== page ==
1. (a) White‐collar and blue‐collar workers. An update of the OECD series, which refer to the monthly earnings of male Angestellte and Arbeiter in industry. (Table 9.06 of the 1990 Handbuch.)

  2. (c) Higher and lower white‐collar workers. Median standard net personal income of male Angestellte mit hochqualifizierter Tätigkeit and Angestellte mit gelernter Tätigkeit in all sectors, in 1983 and 1989 (interpolated). (Table 9.24 of the 1990 Handbuch.)

Belgium

The data are from various issues of the annual Statistiques Sociales.

  1. (a) White‐collar and blue‐collar workers. An update of the OECD series, which refer to indices of the monthly salaries of male employés and the hourly earnings of male ouvriers in industry. (1990 issue no. 3, p. 70.)

Canada

The data are from the Survey of Consumer Finances, and are drawn from a special tabulation provided by the Analytical Studies Branch of Statistics Canada. They refer to full‐time full‐year males in all sectors, and to annual labour income, which includes self‐employment income as well as wage and salary income.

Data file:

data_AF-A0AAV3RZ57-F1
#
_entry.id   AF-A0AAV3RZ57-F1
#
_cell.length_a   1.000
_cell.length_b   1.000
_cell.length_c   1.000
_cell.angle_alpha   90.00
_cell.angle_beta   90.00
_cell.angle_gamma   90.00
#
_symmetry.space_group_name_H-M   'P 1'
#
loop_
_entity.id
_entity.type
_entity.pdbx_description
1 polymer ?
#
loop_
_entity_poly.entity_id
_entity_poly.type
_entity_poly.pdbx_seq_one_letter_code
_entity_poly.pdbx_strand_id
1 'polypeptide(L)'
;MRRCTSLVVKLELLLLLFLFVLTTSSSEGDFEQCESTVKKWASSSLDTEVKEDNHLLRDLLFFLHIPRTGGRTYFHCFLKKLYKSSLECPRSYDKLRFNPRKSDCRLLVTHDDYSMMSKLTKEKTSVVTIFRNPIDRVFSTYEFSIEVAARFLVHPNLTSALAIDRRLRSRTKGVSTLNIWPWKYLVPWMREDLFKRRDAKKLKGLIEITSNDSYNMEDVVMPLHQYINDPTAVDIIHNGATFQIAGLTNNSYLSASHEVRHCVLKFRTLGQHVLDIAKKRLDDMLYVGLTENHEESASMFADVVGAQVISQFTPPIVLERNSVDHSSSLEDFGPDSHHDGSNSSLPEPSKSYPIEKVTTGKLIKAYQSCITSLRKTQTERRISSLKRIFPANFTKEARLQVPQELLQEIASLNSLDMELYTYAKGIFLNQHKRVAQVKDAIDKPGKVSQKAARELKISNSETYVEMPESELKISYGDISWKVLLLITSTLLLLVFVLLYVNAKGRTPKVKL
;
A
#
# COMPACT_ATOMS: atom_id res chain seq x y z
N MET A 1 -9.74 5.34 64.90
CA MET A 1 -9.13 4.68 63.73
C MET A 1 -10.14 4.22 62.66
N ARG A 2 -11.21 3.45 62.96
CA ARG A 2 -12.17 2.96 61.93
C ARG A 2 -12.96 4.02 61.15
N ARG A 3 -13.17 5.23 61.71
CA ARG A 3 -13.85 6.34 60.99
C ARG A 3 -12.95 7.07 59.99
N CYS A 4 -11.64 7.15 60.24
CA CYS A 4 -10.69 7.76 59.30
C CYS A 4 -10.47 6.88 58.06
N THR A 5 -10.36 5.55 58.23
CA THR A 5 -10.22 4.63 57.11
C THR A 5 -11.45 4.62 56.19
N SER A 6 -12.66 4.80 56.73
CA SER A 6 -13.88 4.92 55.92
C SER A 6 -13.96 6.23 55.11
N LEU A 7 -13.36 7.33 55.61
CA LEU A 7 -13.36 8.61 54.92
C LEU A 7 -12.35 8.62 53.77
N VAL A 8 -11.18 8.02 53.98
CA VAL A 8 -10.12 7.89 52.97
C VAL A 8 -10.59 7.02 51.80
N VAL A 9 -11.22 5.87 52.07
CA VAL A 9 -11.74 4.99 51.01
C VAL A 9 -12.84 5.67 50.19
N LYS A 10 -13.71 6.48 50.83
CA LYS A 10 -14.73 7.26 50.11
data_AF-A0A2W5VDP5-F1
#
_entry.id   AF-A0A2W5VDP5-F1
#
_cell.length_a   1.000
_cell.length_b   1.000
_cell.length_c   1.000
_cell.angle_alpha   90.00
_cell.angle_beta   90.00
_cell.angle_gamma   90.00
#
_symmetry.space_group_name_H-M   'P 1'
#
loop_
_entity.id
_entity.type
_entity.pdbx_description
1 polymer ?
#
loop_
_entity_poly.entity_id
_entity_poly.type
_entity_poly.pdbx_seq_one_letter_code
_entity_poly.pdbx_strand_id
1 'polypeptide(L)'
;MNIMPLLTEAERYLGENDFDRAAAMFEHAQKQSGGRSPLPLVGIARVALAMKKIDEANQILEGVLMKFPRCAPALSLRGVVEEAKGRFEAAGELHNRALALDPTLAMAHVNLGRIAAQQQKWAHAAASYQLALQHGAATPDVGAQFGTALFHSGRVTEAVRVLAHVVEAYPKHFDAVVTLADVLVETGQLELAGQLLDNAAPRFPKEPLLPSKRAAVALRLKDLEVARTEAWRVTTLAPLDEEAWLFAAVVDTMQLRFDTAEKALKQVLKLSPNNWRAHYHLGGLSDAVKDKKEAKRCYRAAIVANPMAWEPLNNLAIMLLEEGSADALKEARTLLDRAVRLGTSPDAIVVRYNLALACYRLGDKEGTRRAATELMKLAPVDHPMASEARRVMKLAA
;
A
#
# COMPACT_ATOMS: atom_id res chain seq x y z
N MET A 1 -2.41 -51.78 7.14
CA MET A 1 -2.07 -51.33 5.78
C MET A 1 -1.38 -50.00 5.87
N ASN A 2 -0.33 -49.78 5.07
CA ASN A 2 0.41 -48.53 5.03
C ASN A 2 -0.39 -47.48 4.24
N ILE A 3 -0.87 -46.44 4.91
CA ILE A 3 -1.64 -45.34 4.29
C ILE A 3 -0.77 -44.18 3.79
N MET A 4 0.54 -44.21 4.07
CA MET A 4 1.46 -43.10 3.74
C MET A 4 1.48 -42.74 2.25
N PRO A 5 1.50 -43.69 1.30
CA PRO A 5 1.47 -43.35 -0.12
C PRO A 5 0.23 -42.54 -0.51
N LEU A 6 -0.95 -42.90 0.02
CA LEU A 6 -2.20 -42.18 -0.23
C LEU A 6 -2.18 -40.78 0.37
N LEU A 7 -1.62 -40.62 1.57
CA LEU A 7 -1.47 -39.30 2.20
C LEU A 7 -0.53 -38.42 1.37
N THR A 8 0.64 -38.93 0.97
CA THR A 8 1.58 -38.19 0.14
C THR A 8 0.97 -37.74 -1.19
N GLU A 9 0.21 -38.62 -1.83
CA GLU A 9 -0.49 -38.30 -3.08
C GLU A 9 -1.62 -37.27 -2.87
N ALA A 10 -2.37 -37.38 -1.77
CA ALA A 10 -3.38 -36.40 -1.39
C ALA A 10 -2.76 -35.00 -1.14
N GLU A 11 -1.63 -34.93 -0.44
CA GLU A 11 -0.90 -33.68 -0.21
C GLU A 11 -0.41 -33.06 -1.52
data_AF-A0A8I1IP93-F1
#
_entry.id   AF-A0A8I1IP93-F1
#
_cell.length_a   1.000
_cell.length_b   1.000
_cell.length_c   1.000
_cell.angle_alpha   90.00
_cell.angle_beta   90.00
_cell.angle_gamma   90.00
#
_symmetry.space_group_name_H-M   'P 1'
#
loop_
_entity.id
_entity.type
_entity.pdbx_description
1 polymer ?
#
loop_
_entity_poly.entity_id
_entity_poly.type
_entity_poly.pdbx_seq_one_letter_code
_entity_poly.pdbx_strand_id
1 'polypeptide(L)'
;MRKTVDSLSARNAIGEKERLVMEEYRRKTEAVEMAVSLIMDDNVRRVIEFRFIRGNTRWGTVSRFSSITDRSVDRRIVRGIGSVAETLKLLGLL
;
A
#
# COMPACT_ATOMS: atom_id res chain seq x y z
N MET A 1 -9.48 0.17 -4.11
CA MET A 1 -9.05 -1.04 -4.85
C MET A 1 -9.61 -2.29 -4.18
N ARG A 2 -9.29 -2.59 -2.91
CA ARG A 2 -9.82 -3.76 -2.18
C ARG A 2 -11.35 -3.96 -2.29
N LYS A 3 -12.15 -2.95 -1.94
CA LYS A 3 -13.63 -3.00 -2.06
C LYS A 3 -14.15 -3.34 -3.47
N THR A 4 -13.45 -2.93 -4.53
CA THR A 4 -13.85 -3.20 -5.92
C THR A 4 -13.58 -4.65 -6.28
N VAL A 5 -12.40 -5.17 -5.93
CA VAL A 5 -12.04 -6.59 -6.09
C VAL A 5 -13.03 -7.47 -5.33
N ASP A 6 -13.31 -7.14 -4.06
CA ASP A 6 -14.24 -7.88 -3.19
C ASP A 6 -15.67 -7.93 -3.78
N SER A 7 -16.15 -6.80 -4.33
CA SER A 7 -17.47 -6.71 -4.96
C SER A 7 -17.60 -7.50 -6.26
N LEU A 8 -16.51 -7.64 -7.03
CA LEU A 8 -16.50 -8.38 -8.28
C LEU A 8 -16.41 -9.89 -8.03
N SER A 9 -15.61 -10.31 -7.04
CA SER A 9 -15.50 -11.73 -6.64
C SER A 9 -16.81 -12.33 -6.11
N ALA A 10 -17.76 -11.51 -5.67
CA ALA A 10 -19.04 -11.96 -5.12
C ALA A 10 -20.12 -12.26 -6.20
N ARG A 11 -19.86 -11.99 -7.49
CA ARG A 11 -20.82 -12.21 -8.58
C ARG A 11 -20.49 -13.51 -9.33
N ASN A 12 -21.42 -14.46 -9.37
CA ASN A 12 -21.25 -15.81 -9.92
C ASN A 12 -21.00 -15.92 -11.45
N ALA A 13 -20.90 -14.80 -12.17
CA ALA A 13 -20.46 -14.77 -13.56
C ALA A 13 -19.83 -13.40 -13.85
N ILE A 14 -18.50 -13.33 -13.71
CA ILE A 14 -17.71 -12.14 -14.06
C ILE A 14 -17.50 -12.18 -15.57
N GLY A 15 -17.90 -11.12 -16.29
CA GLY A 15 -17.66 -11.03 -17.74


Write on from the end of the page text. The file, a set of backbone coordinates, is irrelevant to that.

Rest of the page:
1. (a) White‐collar and blue‐collar workers. Blue‐collar workers are non‐farm manual, and white‐collar workers a fixed‐weighted average of professional and technical and clerical.

  2. (c) Higher and lower white‐collar workers. Professional and technical workers, and clerical workers.

Denmark

The data are from various issues of the annual Statistisk Årbog.

  1. (a) White‐collar and blue‐collar workers. Monthly earnings of male salary‐earners in all sectors, and hourly earnings (including overtime) of male manual workers in manufacturing and construction. (Tables 201 and 203 of the 1990 Årbog.) Extended backwards in 1970–5 using OECD series, which is based on salary and wage indices for both sexes in manufacturing.

  2. (b) Skilled and unskilled blue‐collar workers. Hourly earnings (including overtime) of skilled (mainly male) and unskilled male wage‐earners in manufacturing and construction. (Table 201 of the 1990 Årbog.)

Finland